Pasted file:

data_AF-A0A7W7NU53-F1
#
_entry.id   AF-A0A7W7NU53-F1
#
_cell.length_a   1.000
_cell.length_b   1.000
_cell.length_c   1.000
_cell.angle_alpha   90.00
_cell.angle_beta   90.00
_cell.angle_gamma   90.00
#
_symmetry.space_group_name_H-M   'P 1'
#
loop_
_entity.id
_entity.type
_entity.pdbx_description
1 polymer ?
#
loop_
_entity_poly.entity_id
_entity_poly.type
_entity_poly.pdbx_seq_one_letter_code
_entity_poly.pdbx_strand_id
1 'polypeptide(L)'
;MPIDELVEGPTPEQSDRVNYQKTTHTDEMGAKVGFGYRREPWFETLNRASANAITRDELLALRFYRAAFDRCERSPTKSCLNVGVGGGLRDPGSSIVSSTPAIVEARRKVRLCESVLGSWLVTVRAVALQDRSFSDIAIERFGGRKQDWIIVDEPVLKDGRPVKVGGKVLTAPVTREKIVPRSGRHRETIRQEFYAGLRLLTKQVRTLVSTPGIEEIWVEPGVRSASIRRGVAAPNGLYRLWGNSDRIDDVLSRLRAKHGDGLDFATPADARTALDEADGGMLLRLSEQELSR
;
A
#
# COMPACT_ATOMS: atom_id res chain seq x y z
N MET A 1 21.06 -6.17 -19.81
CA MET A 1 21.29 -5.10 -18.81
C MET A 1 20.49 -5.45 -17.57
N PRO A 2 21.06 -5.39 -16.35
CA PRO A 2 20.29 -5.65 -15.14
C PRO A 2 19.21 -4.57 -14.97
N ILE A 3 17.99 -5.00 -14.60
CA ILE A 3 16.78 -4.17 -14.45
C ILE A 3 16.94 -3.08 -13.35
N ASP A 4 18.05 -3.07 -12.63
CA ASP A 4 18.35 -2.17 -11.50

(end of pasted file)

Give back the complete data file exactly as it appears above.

data_AF-A0A7W7NU53-F1
#
_entry.id   AF-A0A7W7NU53-F1
#
_cell.length_a   1.000
_cell.length_b   1.000
_cell.length_c   1.000
_cell.angle_alpha   90.00
_cell.angle_beta   90.00
_cell.angle_gamma   90.00
#
_symmetry.space_group_name_H-M   'P 1'
#
loop_
_entity.id
_entity.type
_entity.pdbx_description
1 polymer ?
#
loop_
_entity_poly.entity_id
_entity_poly.type
_entity_poly.pdbx_seq_one_letter_code
_entity_poly.pdbx_strand_id
1 'polypeptide(L)'
;MPIDELVEGPTPEQSDRVNYQKTTHTDEMGAKVGFGYRREPWFETLNRASANAITRDELLALRFYRAAFDRCERSPTKSCLNVGVGGGLRDPGSSIVSSTPAIVEARRKVRLCESVLGSWLVTVRAVALQDRSFSDIAIERFGGRKQDWIIVDEPVLKDGRPVKVGGKVLTAPVTREKIVPRSGRHRETIRQEFYAGLRLLTKQVRTLVSTPGIEEIWVEPGVRSASIRRGVAAPNGLYRLWGNSDRIDDVLSRLRAKHGDGLDFATPADARTALDEADGGMLLRLSEQELSR
;
A
#
# COMPACT_ATOMS: atom_id res chain seq x y z
N MET A 1 21.06 -6.17 -19.81
CA MET A 1 21.29 -5.10 -18.81
C MET A 1 20.49 -5.45 -17.57
N PRO A 2 21.06 -5.39 -16.35
CA PRO A 2 20.29 -5.65 -15.14
C PRO A 2 19.21 -4.57 -14.97
N ILE A 3 17.99 -5.00 -14.60
CA ILE A 3 16.78 -4.17 -14.45
C ILE A 3 16.94 -3.08 -13.35
N ASP A 4 18.05 -3.07 -12.63
CA ASP A 4 18.35 -2.17 -11.50